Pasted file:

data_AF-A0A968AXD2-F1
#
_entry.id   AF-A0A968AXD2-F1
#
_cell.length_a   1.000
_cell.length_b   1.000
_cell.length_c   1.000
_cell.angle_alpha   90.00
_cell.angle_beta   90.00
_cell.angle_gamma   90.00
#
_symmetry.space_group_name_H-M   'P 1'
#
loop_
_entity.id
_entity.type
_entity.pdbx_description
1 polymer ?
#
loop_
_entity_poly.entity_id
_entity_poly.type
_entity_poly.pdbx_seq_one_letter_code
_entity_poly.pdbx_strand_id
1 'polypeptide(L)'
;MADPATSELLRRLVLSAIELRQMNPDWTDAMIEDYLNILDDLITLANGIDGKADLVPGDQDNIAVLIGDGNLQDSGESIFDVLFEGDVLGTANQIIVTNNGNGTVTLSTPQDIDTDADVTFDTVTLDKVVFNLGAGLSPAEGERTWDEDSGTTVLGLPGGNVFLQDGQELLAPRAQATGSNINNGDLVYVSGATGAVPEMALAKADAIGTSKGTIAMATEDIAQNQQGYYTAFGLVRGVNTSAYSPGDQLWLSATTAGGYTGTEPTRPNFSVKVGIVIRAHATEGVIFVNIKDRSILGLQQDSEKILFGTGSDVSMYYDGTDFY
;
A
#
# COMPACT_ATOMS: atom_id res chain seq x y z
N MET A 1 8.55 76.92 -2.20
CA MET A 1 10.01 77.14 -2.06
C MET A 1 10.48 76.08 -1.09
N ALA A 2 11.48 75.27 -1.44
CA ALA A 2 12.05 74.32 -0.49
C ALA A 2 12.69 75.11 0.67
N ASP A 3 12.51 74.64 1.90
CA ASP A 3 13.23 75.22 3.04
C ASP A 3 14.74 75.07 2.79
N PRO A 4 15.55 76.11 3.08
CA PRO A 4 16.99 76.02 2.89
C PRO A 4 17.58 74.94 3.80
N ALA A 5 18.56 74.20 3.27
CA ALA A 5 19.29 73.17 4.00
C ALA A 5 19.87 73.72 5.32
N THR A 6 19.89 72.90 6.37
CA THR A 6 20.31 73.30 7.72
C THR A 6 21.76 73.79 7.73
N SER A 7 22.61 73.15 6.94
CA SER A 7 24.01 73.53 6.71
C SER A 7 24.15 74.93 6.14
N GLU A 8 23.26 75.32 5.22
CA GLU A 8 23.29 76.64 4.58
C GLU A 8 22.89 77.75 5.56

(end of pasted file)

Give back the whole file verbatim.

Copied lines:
data_AF-A0A968AXD2-F1
#
_entry.id   AF-A0A968AXD2-F1
#
_cell.length_a   1.000
_cell.length_b   1.000
_cell.length_c   1.000
_cell.angle_alpha   90.00
_cell.angle_beta   90.00
_cell.angle_gamma   90.00
#
_symmetry.space_group_name_H-M   'P 1'
#
loop_
_entity.id
_entity.type
_entity.pdbx_description
1 polymer ?
#
loop_
_entity_poly.entity_id
_entity_poly.type
_entity_poly.pdbx_seq_one_letter_code
_entity_poly.pdbx_strand_id
1 'polypeptide(L)'
;MADPATSELLRRLVLSAIELRQMNPDWTDAMIEDYLNILDDLITLANGIDGKADLVPGDQDNIAVLIGDGNLQDSGESIFDVLFEGDVLGTANQIIVTNNGNGTVTLSTPQDIDTDADVTFDTVTLDKVVFNLGAGLSPAEGERTWDEDSGTTVLGLPGGNVFLQDGQELLAPRAQATGSNINNGDLVYVSGATGAVPEMALAKADAIGTSKGTIAMATEDIAQNQQGYYTAFGLVRGVNTSAYSPGDQLWLSATTAGGYTGTEPTRPNFSVKVGIVIRAHATEGVIFVNIKDRSILGLQQDSEKILFGTGSDVSMYYDGTDFY
;
A
#
# COMPACT_ATOMS: atom_id res chain seq x y z
N MET A 1 8.55 76.92 -2.20
CA MET A 1 10.01 77.14 -2.06
C MET A 1 10.48 76.08 -1.09
N ALA A 2 11.48 75.27 -1.44
CA ALA A 2 12.05 74.32 -0.49
C ALA A 2 12.69 75.11 0.67
N ASP A 3 12.51 74.64 1.90
CA ASP A 3 13.23 75.22 3.04
C ASP A 3 14.74 75.07 2.79
N PRO A 4 15.55 76.11 3.08
CA PRO A 4 16.99 76.02 2.89
C PRO A 4 17.58 74.94 3.80
N ALA A 5 18.56 74.20 3.27
CA ALA A 5 19.29 73.17 4.00
C ALA A 5 19.87 73.72 5.32
N THR A 6 19.89 72.90 6.37
CA THR A 6 20.31 73.30 7.72
C THR A 6 21.76 73.79 7.73
N SER A 7 22.61 73.15 6.94
CA SER A 7 24.01 73.53 6.71
C SER A 7 24.15 74.93 6.14
N GLU A 8 23.26 75.32 5.22
CA GLU A 8 23.29 76.64 4.58
C GLU A 8 22.89 77.75 5.56